Last night was the annual Berkman dinner. Lovely. It inevitably turned into a John Palfrey love fest, since he is leaving Harvard very soon, and he is much beloved.
People stood and spoke beautifully and insightfully about what John has meant to them. (Jonathan Zittrain and Ethan Zuckerman in addition were predictably hilarious.) But Terry Fisher gave us an insight that was so apt about John and so widely relevant that I’ll share it.
Terry listed some qualities of John’s. The last he talked about started out as John’s very occasional sarcasm; he can be bitingly perceptive about people, but always in private. So, said Terry, JP’s remarked-upon and remarkable niceness and kindness are not due to naivete. Rather, they arise in part from another of John’s virtues: self-restraint. And, from that, said Terry, comes much of the kindness that generally characterizes the Berkman Center.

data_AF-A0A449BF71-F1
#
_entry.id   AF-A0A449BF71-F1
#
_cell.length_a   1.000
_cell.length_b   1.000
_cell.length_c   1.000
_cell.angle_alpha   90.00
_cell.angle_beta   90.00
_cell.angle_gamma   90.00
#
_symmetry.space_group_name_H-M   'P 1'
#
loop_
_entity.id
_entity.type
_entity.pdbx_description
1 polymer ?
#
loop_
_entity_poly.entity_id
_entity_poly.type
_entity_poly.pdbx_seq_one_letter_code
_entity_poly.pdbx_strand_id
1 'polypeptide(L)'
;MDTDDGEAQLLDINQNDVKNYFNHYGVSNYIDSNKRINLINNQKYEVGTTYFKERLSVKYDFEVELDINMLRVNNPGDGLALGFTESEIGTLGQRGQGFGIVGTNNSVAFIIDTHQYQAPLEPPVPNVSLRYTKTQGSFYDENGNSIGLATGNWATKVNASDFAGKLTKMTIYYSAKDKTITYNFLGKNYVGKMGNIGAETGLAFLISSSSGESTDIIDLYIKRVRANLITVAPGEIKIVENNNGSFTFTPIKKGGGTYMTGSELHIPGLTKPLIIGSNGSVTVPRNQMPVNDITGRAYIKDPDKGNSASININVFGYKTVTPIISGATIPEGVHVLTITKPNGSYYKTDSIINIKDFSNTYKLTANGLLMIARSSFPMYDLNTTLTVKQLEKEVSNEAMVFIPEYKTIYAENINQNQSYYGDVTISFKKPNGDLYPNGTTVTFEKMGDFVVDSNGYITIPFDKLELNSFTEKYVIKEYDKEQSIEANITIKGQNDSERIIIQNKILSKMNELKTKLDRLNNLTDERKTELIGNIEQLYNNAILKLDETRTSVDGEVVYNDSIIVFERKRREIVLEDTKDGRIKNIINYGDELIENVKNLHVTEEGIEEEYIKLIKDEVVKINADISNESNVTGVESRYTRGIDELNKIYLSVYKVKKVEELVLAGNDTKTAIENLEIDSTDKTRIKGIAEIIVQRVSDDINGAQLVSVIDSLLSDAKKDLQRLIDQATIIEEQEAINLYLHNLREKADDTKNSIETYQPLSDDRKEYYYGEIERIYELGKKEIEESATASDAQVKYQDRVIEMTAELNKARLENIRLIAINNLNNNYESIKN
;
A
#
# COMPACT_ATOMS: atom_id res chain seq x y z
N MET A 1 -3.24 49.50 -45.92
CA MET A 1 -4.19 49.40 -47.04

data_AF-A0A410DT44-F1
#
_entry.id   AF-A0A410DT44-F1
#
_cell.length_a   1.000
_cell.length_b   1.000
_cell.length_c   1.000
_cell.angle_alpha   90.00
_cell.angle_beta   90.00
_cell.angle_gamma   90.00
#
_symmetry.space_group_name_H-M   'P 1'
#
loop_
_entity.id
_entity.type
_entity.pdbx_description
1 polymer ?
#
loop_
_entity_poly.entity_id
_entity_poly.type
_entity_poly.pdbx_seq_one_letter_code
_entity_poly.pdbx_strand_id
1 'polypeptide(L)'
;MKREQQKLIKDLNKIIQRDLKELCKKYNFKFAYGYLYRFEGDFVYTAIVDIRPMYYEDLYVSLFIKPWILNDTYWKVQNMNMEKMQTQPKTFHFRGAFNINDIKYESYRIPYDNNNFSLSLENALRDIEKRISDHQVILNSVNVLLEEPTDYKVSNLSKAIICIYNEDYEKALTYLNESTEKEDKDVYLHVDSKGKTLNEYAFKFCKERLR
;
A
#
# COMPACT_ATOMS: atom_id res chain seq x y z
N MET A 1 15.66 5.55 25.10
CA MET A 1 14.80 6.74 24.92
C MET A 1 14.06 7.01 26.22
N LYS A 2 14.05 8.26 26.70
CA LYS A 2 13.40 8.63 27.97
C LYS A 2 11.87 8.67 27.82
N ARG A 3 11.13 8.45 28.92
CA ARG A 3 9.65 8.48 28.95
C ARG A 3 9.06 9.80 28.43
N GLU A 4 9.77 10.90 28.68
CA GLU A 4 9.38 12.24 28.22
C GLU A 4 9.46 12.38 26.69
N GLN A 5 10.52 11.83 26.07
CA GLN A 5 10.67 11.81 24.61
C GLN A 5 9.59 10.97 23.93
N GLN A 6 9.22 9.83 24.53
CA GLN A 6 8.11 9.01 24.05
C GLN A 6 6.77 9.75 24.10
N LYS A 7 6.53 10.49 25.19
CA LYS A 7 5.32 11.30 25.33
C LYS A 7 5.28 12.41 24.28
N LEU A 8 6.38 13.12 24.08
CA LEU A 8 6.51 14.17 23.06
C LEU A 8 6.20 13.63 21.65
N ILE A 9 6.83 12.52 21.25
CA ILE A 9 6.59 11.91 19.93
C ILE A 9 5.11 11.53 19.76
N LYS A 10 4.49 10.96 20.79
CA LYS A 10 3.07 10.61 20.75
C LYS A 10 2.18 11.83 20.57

That struck me not only as true of John, but as such an important quality for civic discourse. Self-restraint is an enabling virtue: its exercise results in a further qualities that make life on a crowded planet more fruitful and enjoyable.